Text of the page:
Its not uncommon for you to be offered soda bread when staying in a B&B anywhere in Ireland.
Long ago, the Irish mostly made flat griddle bread because Irish flour didn’t have enough gluten to rise with yeast. Baking soda was developed in the US in 1846 and was quickly adopted by Irish cooks, as it enabled bread with Irish flour to rise. In the late 1800s, white Canadian flour with a higher gluten content came over on returning emigration ships, and bakeries started making white bread raised with yeast, known as “shop bread”, and distributing it by horse and cart.
Irish Soda Bread is delicious and like all recipes, you can make your own changes to please your taste. I discovered one tip from a recipe that I looked up years ago - use raw, unsalted sunflower seeds and mix them in thoroughly. The chemical interaction of the soda and the raw sunflower seeds causes the seeds to turn a beautiful, emerald green that looks fantastic...
It was “Sally O’Brien and the way she might look at you” that used to attract the tourists. Nowadays tourists are flocking to experience wild coasts, ancient ruins and Irish food. Though subtle culinary differences do exist between us and our close neighbours in Britain. Rather than high tea, Irish scones conjure images of a farmhouse kitchen, a wooden table and a ginormous pot of tea.
When I worked the morning shift in a kitchen, the scones were in the oven within 10 minutes of my arrival. All I had to do was crack some eggs, then pour them, along with milk, into the dry scone mixture (which I had prepared the day before). Every B&B in the country might make a fresh batch each morning if they knew how easy scones are to make.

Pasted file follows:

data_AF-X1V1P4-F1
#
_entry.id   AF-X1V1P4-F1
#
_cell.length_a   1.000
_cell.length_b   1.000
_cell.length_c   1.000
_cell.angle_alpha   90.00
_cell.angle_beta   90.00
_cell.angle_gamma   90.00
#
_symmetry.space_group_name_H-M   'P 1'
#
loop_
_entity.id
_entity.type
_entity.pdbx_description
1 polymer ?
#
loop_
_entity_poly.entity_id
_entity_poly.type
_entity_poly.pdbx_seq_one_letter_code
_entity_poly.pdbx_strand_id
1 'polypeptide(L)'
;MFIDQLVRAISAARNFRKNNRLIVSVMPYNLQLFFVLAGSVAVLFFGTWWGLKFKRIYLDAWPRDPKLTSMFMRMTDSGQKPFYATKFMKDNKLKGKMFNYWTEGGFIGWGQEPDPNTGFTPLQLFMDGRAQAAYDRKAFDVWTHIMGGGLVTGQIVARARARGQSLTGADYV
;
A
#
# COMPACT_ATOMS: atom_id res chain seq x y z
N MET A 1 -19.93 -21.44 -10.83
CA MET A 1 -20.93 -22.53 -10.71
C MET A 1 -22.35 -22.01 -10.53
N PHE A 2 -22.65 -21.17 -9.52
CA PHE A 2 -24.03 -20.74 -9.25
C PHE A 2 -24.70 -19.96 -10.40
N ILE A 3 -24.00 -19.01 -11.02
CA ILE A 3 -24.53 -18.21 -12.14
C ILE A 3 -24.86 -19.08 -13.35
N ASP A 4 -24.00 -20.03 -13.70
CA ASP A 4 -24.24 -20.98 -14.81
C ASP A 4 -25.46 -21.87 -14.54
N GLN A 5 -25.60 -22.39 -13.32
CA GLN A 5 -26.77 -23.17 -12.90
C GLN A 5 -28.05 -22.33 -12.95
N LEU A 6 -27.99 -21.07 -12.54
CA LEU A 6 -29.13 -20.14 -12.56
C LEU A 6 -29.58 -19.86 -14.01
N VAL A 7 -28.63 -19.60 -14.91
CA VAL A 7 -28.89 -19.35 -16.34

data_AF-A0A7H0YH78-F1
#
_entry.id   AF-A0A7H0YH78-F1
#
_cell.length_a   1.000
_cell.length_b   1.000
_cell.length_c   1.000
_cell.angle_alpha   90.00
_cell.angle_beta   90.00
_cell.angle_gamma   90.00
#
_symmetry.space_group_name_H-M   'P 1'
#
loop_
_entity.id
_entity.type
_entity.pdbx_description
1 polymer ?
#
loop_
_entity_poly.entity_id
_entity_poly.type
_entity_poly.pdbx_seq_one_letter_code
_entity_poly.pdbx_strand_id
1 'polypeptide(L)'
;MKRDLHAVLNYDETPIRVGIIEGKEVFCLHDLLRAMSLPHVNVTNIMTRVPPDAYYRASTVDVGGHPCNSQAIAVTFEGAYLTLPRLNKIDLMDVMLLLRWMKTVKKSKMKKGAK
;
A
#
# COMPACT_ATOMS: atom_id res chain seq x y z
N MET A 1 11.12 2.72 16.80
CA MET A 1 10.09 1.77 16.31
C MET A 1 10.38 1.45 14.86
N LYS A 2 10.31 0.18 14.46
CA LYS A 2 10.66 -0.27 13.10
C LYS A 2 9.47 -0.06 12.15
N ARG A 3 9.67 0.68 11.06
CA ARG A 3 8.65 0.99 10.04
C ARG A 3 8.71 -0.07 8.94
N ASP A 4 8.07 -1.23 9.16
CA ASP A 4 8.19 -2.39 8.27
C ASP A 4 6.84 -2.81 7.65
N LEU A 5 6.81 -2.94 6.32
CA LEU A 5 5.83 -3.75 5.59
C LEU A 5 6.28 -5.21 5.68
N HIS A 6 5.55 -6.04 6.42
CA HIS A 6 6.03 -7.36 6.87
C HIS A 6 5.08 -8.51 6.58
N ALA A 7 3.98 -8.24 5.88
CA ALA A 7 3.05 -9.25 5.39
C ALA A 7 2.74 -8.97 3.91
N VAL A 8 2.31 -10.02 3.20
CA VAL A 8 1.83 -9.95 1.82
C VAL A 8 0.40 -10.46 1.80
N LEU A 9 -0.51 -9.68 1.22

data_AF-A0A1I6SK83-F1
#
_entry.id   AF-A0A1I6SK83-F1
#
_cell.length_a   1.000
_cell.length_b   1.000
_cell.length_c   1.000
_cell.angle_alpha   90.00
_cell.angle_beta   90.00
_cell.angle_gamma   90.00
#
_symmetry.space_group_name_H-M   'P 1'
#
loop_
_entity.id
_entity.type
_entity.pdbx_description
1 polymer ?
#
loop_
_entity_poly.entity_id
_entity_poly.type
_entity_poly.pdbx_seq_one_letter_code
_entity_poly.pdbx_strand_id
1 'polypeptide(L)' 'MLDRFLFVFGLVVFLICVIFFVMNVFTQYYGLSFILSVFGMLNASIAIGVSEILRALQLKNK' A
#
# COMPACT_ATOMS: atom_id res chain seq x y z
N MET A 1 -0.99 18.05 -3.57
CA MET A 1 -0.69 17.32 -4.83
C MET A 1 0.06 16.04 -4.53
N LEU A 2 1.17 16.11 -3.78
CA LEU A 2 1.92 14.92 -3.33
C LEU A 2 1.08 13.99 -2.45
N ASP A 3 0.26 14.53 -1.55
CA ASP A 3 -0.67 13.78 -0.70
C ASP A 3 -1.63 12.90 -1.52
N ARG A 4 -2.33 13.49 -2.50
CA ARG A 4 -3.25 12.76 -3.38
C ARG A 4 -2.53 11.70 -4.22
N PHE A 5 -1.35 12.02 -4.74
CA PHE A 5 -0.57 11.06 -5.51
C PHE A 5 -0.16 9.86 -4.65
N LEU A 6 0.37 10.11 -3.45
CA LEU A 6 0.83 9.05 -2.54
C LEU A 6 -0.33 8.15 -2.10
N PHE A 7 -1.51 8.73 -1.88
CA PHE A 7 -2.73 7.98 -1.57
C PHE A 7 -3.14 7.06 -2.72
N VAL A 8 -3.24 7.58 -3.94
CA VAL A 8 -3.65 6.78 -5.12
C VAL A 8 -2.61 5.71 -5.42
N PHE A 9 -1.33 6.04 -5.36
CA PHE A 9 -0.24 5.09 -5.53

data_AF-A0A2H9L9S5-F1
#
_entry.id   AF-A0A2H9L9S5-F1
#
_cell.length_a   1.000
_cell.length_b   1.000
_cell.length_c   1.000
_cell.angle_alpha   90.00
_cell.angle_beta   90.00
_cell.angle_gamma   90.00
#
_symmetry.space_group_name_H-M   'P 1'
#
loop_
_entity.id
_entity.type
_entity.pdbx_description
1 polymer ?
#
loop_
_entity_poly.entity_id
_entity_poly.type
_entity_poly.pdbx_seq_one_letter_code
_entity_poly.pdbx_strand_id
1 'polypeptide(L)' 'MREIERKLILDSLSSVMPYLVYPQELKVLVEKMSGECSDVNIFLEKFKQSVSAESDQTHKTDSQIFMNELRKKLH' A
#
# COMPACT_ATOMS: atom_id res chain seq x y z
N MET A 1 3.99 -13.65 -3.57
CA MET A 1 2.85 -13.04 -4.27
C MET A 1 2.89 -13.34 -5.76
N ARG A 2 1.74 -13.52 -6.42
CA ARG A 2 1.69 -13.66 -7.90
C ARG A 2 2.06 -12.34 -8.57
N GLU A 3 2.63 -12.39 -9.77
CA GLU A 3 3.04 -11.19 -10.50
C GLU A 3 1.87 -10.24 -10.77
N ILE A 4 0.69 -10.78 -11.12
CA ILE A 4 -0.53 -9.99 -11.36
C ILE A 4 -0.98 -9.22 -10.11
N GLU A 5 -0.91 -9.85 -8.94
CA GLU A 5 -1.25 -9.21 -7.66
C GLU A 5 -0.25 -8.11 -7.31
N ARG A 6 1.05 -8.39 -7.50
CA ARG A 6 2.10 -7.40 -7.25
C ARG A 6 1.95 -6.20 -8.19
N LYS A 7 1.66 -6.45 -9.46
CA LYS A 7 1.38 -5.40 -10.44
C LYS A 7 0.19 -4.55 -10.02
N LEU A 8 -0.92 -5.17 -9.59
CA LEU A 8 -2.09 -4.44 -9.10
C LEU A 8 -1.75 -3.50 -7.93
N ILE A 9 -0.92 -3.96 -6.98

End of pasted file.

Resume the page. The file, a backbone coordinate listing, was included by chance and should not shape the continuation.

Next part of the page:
Truly Irish scones are made in the fashion of white soda bread; combining plain flour, bread soda, salt and buttermilk. While delicious and fluffy when...
The sausage roll is one of the most beloved snack pastries available here on the Emerald Isle. What could be better than a delicious sausage wrapped in puff pasty? Well, nothing! Of course you won't know that until you try it! :)
Think of pigs in a blanket: a traditional US classic for parties and events, made with hot dogs wrapped in crescent rolls. But what if they were homemade from a real Irish recipe with fresh pork sausage? These delicious morsels are so popular you can find them behind the deli at any convenience store in Ireland, and they're one of the highest selling pastries available in Ireland as well as the UK. They form a big part of many Irish people's day to day cuisine, and to say they're addictive would be an understatement. Once you try them, you'll want to make them again and again! Here's the recipe!
For the Filling -
This traditional hearty soup has been a feature in Irish life for as long as village communities have subsisted on the fisherman's catch landed along the wild shores of the Atlantic Coast. The memorable mix of fresh haddock, salmon, and shrimp (or prawns as we call them in Ireland) is nicely balanced out with seasonal veggies such as leeks, carrots, and potatoes. The sauce of fish stock and cream brings a flavourful and comforting warmth that refreshes the soul. Unlike the American versions of chowder, this more authentic recipe has less cream, allowing for the other true flavours to show through. Ireland is known for it's seafood, and this delicious chowder is a prime example of Irish cooking using fresh ingredients from nature to create a wholesome meal enjoyed by many all across the island. This is why you can find it at local pubs all around Ireland
Because we are an island, it is only...